March was the most successful month yet for Grot. We launched our new silent LP 'Laryngitis In
Thirty Lands', featuring the silence of Max Bygraves, Des O'Connor, the Bay City Rollers, the Sex Pistols
and Rolf Harris - it has sold millions. Some pub landlords are even playing it as background silence.
We have also introduced upright models of the Leaning Tower of Pisa, leaning models of the Eiffel Tower,
and rubber razor blades for nervous shavers. However, April promises to be an even better month. In store
for the British public are such treats as porous waterbeds, heat-resistant saucepans, Teas-Not-Made,
mousetraps made entirely of cheese, and the ideal gift for the motorist you don't like - the elastic tow-rope.

He recruits all his old friends from Sunshine Desserts, and members of his family.
But soon, Reggie realises he is once again stuck in the suburban commuter routine which he tried so desperately to escape at Sunshine Desserts. He sets out to destroy the firm, by recruiting unsuitable people in unsuitable roles. Among them is son-in-law Tom as Head of Publicity. Despite claiming that he's "not really a slogan person", he does come up with gems such as:
“Go to Grot shops and get an eyeful of Perrin’s products with a wide range of goods which are really pretty awful”, and
“Grot is the ideal place for gifts, as it’s all on one floor, so there aren’t any lifts.”
Even Doc Morrissey has a bright idea. He suggests "January sales in September.  20% ON everything. Fantastic increases all round."

Reggie's attempts to bring Grot to its knees only result in even more success.
He decides to sack everybody, including Doc Morrissey. He pretends he has received a serious medical report:
“There’s advanced cosonic deficiency of the third testricle; the hydrophology is weak, and there’s faint pululation of the sphincular scrunges.” Doc thinks it's Reggie's medical report and tells him to see a doctor.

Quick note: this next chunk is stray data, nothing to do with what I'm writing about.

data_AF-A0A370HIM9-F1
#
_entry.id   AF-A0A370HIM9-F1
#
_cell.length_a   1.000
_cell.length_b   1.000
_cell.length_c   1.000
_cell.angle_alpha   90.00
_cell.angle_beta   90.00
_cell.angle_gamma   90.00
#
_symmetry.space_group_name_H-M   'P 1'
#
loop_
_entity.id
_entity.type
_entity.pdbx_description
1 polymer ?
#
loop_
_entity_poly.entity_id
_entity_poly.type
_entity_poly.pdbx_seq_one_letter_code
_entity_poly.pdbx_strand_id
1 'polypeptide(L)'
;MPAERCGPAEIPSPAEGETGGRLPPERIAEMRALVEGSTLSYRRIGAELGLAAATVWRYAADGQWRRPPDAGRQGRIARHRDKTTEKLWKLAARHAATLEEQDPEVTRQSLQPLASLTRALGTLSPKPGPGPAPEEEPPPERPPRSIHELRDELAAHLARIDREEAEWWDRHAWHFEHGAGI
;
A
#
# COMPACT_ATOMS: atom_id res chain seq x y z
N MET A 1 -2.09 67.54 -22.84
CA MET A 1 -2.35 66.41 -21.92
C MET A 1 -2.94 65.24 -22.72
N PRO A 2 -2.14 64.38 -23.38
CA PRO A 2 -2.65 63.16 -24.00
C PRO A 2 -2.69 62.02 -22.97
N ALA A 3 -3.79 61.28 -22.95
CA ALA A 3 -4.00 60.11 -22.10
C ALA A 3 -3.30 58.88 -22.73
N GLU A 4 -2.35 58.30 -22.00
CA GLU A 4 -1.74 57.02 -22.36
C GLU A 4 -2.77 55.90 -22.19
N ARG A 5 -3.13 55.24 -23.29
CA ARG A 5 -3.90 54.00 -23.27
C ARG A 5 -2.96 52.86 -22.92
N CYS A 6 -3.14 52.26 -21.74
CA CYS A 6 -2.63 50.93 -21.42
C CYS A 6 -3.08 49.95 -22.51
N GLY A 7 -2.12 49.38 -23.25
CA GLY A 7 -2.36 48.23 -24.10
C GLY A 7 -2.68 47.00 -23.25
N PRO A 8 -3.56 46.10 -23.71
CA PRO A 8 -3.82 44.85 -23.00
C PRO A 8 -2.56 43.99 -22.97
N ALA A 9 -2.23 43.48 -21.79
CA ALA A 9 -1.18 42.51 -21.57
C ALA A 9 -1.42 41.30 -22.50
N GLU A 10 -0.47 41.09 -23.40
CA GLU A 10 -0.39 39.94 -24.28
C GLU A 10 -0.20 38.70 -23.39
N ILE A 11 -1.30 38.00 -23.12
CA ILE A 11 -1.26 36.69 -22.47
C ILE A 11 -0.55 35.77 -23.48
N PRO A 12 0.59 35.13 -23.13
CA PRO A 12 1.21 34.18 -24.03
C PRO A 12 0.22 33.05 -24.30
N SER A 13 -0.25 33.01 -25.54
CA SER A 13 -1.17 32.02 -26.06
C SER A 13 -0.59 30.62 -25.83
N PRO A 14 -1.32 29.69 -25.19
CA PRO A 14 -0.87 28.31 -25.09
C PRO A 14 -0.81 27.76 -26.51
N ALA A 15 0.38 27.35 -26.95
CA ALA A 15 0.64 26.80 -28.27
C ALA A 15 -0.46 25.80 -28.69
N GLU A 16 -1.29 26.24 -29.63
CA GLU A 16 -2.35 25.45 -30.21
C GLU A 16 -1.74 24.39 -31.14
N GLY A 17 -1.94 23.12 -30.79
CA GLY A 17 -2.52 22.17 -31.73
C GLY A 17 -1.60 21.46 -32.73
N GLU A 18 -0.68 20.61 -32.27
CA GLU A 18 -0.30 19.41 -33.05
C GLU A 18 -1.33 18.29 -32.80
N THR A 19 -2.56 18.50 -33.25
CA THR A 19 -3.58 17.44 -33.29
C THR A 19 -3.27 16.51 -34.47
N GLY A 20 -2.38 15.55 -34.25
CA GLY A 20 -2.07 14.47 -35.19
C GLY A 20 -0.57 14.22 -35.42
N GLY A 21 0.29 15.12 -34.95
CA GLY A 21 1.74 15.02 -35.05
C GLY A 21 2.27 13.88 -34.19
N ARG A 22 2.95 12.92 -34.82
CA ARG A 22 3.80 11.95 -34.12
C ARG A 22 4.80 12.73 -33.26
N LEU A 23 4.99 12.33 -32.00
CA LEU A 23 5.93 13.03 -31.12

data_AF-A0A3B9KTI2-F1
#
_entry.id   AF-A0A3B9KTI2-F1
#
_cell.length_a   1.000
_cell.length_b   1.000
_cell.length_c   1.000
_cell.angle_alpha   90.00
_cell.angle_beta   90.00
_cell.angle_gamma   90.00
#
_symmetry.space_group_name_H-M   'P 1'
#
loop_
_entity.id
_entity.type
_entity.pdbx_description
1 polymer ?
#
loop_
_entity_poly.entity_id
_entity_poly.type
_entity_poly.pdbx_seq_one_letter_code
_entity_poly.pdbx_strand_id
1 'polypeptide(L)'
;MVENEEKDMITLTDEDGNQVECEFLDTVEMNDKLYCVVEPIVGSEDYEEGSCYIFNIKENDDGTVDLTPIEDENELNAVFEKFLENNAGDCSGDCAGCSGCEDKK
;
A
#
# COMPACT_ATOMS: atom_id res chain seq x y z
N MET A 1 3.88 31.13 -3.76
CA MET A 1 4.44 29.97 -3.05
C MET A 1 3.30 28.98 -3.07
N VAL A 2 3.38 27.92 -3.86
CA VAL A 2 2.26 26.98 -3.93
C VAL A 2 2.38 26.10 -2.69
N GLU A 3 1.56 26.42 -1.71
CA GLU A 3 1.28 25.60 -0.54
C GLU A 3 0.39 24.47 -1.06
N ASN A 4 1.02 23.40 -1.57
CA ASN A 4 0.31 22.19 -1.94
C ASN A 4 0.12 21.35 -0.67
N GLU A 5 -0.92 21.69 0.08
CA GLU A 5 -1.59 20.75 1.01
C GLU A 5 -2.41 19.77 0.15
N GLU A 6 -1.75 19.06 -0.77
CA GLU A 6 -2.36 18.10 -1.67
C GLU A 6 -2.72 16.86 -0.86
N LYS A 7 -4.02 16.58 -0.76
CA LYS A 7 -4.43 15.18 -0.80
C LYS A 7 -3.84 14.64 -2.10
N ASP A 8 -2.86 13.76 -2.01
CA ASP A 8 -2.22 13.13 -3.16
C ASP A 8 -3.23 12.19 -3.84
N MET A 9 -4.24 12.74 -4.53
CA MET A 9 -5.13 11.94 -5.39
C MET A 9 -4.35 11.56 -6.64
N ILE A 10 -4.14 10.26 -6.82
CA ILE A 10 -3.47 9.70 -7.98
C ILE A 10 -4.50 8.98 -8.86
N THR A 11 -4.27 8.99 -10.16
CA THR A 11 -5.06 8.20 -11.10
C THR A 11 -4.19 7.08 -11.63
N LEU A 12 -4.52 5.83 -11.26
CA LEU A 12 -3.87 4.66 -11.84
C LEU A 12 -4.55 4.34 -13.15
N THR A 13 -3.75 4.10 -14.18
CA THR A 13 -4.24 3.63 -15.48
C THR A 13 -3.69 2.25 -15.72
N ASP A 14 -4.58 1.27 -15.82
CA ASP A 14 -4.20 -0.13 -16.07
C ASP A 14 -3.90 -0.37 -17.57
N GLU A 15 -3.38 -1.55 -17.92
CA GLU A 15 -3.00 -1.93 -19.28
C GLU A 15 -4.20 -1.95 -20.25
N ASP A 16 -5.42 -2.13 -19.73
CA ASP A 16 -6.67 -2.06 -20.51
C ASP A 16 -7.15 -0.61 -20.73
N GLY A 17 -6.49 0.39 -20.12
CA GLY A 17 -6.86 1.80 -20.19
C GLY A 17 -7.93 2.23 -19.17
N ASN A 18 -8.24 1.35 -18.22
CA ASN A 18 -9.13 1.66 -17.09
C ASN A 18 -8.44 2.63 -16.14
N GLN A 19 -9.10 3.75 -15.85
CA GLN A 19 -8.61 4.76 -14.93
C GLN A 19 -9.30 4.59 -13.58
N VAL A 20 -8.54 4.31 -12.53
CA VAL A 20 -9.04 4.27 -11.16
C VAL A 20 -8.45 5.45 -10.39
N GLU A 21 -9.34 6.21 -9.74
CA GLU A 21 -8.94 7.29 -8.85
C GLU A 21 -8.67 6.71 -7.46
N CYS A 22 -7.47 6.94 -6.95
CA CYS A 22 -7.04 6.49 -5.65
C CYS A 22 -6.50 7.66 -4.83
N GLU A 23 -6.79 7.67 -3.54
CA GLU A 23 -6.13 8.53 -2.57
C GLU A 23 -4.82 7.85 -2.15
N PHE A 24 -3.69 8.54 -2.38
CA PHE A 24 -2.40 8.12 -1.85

Running out of options, Reggie persuades Elizabeth that they should sell the Grot empire. The series ends with the couple leaving their clothes on a beach, just like Reggie did once before. This time, however, C.J. and many other people follow suit, shedding their old lives for a new one.

Watch Grot board meeting scene.

Below is the complete list of Grot products described or seen in the various episodes:

Tom’s wine
Dr. Snurd’s pictures of the Algarve
tasteless puddings
square hoops
stringless guitars
clangerless bells
lightweight weights
unstrung tennis rackets
empty biscuit tins
doorless birdcages
broken crockery
breakable cricket balls
silent LPs: ("including
'We Aren’t The Champions';
'You’ll Always Walk Alone';
'Songs From A Trappist Monastery'")
upright models of the
Leaning Tower of Pisa
leaning models of the Eiffel Tower
bottomless ashtrays
square footballs
round dice
innocuous white pill:
("they have no side-effects, there's no
need to keep them out of the reach of
children, and Catholics can take them").
insoluble suppositories
oversize eggcups
cruet sets with no holes
blank books
fattening foods:
("for masochists on diets")
useless car stickers
(including ‘We’ve been to the shop that
sells car stickers', 'We haven't been 
anywhere', 'This sticker doesn't stick')
rungless ladders
Dutch-Dutch dictionaries
pianos with no keys
non-stick glue
LP ‘Laryngitis In 30 Lands’: ("featuring 
the silence of Max Bygraves, Des 
O’ Connor, the Bay City Rollers, the 
Sex Pistols and Rolf Harris")
rubber razor blades:
("for nervous shavers")
porous waterbeds
heat-resistant saucepans
mousetraps made entirely of cheese
elastic tow-ropes
cheque books for the Dogger Bank
tins of melted snow
self-lowering flour
empty cardboard boxes
Jimmy’s Guess-what-it’s-for machine
dentures for pets
edible furniture

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Text (c) Paul Fisher. Pictures (c) BBC